Alex Salmond says some sex charges are ‘political’ fabrications
Former Scottish first minister on trial for attempted rape and sexual assault
Former Scottish first minister Alex Salmond arrives at the high court in Edinburgh on Tuesday for the sixth day of his trial over accusations of sexual assault. Photograph: Andrew Milligan/PA Wire
Former Scottish first minister Alex Salmond told a court that some of the 13 sexual offences charges he faced were “political fabrications” while others were exaggerations.
Mr Salmond – who has pleaded not guilty to all charges against him, including attempted rape and other sexual and indecent assaults against a total of 10 women – was giving evidence on Tuesday for the first time at his trial at Edinburgh’s high court.
The former first minister and Scottish National Party leader said he wished he had been “more careful” with other people’s personal space. But when asked by defence lawyer Gordon Jackson QC why past incidents were now being treated more seriously, Mr Salmond said there were “two reasons”.
“One is that some, not all, are fabrications, deliberate fabrications for a political purpose,” said Mr Salmond, who was first minister from 2007 to 2014. Others were “exaggerations taken out of proportion” based on memories that had been reinterpreted over time, he added.
Mr Salmond accused one alleged victim, a senior official in the Scottish government, of making up claims that he had kissed her on the lips, touched her on the side of her breasts while walking in the street and groped her at a party.
“It is a fabrication, just as she has encouraged at least five other people to exaggerate or make up claims against me,” he said.
Mr Salmond said he had apologised to one civil servant over a 2013 incident that resulted in an accusation of sexual assault with intent to rape, but denied her claims that he had lain on top of her on a bed at his official residence and kissed her and touched her under her skirt.
After drinking Chinese spirits together during a late evening work session they had ended up side by side on the bed in a “sleepy cuddle” that had ended as soon as she said it was a bad idea, Mr Salmond said.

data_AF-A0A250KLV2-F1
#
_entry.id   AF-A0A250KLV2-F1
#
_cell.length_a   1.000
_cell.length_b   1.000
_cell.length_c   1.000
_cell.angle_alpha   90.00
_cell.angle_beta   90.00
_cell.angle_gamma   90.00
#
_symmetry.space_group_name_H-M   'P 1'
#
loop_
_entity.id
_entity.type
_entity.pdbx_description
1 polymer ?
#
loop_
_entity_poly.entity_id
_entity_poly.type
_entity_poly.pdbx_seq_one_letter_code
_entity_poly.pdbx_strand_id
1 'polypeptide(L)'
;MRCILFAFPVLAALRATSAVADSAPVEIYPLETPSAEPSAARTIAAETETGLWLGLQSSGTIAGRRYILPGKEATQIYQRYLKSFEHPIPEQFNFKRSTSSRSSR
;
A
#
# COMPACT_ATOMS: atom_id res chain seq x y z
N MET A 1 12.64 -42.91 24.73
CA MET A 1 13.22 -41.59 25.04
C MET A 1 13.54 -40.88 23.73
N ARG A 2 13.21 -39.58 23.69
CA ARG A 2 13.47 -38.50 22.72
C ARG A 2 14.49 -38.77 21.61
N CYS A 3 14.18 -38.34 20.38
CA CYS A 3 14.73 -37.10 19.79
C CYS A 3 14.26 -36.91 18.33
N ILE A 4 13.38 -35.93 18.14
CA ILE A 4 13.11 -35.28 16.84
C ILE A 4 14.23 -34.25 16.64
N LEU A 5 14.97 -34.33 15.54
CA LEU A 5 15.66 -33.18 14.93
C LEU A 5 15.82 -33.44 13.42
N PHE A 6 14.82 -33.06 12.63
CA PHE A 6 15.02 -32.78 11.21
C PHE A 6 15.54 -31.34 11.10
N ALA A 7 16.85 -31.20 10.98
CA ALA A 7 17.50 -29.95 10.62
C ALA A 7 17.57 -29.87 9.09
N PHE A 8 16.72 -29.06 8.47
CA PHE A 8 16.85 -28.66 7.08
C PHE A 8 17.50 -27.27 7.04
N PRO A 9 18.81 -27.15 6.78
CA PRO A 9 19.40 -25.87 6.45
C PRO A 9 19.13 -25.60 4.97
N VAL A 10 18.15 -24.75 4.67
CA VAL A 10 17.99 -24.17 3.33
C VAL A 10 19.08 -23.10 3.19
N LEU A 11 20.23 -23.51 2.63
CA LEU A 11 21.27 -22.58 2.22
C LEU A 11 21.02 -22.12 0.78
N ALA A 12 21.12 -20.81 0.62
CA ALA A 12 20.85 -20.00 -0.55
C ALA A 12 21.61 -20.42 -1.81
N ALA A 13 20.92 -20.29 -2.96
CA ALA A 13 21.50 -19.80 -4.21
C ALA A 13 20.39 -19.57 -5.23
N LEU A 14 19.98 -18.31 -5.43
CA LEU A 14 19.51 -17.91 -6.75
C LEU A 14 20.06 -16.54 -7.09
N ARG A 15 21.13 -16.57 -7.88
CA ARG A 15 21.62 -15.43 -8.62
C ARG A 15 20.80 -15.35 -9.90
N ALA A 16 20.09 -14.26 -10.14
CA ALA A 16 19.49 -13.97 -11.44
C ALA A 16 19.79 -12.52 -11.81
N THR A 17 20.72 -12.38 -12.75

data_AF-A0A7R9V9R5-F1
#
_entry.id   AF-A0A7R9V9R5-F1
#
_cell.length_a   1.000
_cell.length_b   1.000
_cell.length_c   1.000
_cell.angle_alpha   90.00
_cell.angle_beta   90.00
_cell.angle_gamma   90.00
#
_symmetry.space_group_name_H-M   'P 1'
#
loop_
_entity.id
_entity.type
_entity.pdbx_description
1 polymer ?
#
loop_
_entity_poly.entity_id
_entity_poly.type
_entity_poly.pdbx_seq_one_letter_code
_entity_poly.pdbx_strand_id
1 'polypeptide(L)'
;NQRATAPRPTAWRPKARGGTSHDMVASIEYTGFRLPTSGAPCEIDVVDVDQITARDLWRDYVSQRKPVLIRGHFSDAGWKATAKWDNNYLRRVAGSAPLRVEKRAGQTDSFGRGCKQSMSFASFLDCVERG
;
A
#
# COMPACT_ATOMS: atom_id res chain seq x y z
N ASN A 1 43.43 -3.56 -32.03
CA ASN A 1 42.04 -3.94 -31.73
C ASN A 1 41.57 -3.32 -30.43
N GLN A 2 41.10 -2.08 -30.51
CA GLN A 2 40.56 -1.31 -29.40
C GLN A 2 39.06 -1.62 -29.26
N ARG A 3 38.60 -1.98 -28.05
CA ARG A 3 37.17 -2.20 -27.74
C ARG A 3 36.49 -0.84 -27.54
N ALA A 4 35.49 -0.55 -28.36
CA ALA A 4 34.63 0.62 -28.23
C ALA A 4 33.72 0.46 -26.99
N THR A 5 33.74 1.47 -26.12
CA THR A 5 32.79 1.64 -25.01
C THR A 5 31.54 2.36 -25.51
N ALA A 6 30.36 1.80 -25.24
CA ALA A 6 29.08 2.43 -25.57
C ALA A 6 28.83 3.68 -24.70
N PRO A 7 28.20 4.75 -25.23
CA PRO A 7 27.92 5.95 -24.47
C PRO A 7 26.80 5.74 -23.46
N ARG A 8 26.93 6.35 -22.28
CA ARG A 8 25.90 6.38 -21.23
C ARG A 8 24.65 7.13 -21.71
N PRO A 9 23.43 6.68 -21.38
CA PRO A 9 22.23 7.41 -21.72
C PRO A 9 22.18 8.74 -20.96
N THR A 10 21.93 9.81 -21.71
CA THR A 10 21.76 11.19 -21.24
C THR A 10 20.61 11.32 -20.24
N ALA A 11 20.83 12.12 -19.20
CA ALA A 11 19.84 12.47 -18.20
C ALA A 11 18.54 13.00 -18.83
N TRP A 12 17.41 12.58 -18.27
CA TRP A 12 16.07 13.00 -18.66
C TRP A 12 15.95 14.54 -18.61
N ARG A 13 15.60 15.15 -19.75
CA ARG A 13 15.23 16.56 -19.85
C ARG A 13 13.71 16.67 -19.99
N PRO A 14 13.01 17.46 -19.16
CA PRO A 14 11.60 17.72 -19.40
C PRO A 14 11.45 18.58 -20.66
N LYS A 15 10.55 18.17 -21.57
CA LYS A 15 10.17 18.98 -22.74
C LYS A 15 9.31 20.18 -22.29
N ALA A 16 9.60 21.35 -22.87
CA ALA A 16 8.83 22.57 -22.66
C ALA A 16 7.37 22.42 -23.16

“I have never attempted to have non-consensual sexual relations with anyone in my entire life,” he said. “I don’t even think I had an intent to cuddle. It’s something that happened in tipsy circumstances.”
Mr Salmond denied a separate allegation of attempted rape against a former Scottish government official in 2014. He said the woman had lied about the alleged incident and his “once and once only” sexual encounter with her had been a consensual one the previous year that she had initiated.
On that occasion, both had not been naked but in a state of “partial undress”. “We parted good friends,” he said.
The former first minister denied grabbing a female civil servant, who like all of the alleged victims cannot be identified for legal reasons, and trying to kiss her against her will in an attempt to recreate the scene in a painting by Scots artist Jack Vettriano.
Mr Salmond said he had taken the woman’s hands and suggested they recreate the scene, but stopped when the civil servant told him not to be “daft”.
“It was a bit of fun, it was high jinks,” he said.
Mr Salmond denied grabbing the bottom of another civil servant while the two were having a photograph taken at an official event in 2014. He denied touching another woman on the buttocks at a restaurant, saying he had merely touched her lower back while trying to “chivvy” her up some stairs because they were late.
Asked about an incident where he was alleged to have stroked the face of a civil servant while she was sleeping next to him in a car, he said he had done so only in an attempt to wake her up gently. He said he had sometimes touched that woman’s hair, but never in a sexual way.
Mr Salmond was also asked about claims he imitated a zombie while working late at his residence with a political party worker as a prelude to holding her by the shoulders and trying to kiss her on the mouth.
The former first minister said the only physical contact with the party worker that evening was when he “tapped her on the nose” when he left her working at a computer to go to bed.
He rejected another allegation that in 2011 he had put his hand on the leg of an SNP politician during a short car journey, saying the fixed armrest of his official vehicle would make it “impossible” to do so without being seen by those in the front seats.
The trial continues. – Copyright The Financial Times Limited 2020